So, what we're left with is a 1 in 100,000 chance that you will die. So, two minutes, divided by this chance, means that your life is worth 200,000 minutes — or 3333 hours. Now let us assume, to pick a random number, that you make $50/hour. (Certainly some people in this area make more, but a lot of people make less.) So, if you race the train to save two minutes, this means that your life is worth:


That's all.

Something to think about the next time the train is coming. Is that really all your life is worth?

Posted by Mike at 10:41 PM | Comments (2)

March 19, 2003

So it begins...

As I was driving back from church tonight, I listened to NPR's coverage of the three-hour old war.

At about 9:45 — a whole three hours after the first shots were fired — I listened to some newscaster saying, "Well, it seems clear that this hasn't gone according to plan. This war has really gotten off to a shaky start so far..."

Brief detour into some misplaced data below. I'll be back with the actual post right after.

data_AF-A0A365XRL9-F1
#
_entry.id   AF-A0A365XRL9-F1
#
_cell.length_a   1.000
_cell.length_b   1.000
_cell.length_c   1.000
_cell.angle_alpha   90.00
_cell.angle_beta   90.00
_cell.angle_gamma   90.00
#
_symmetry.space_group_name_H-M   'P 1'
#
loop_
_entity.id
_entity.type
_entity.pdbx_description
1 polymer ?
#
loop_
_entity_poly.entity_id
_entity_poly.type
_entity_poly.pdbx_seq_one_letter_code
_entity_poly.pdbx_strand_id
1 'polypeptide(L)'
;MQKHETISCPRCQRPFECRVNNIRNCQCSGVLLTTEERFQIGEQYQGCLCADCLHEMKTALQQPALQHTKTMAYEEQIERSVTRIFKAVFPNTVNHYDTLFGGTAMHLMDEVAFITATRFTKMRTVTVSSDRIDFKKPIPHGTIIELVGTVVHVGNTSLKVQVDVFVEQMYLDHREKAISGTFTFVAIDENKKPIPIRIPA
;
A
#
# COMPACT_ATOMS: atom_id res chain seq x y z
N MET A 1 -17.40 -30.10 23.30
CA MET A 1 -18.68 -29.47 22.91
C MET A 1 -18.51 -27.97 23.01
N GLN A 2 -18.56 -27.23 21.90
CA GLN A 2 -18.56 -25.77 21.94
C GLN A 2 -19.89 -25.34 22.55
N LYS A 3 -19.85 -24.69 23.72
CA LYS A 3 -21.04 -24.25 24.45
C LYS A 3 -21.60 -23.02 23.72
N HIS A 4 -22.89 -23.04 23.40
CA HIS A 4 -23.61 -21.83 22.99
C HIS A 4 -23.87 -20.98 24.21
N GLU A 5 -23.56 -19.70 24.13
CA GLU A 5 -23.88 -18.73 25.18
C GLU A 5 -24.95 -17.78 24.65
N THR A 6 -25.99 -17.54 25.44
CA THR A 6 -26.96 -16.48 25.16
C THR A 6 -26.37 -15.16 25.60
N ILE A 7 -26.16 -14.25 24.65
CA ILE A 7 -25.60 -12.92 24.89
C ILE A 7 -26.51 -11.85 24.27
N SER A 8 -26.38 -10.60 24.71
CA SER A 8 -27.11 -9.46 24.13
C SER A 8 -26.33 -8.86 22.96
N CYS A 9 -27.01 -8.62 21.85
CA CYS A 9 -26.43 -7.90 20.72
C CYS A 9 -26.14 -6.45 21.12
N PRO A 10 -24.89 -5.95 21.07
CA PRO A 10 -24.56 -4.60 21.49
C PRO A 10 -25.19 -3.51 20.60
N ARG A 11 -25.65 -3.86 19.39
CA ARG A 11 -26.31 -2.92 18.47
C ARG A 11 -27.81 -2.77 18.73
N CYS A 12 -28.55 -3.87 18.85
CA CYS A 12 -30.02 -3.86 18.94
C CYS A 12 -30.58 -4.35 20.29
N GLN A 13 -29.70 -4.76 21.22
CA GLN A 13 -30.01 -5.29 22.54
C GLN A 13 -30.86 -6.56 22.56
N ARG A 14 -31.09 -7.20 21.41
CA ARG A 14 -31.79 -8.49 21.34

And people wonder why there is such general contempt for journalists.

Posted by Mike at 11:51 PM

March 21, 2003

One year...

It was one year ago that I wrote my first blog entry in here. How time flies...

Posted by Mike at 11:00 PM

March 24, 2003


The Mountain View-Whisman School Board is trying to get a $2.5 million parcel tax measure passed in Mountain View at an election this coming June.

The school district (which has not, curiously, updated its web site with any information on this issue) is facing, like many California schools, crushing budget cuts because of the enormous California budget shortfall. Their solution is to try for a rather unique parcel tax: unlike many such measures, which tax some fixed dollar amount per parcel of land, this one taxes 5 cents per square foot on buildings and property improvements for each of the following five years.

The result of this is that businesses will end up footing an incredible portion of the bill. Articles in the Mountain View Voice 3/14 and 3/21 issues have noted that SGI, Microsoft, and HP combined will probably end up paying over $97,000 each year -- almost 4% of the total.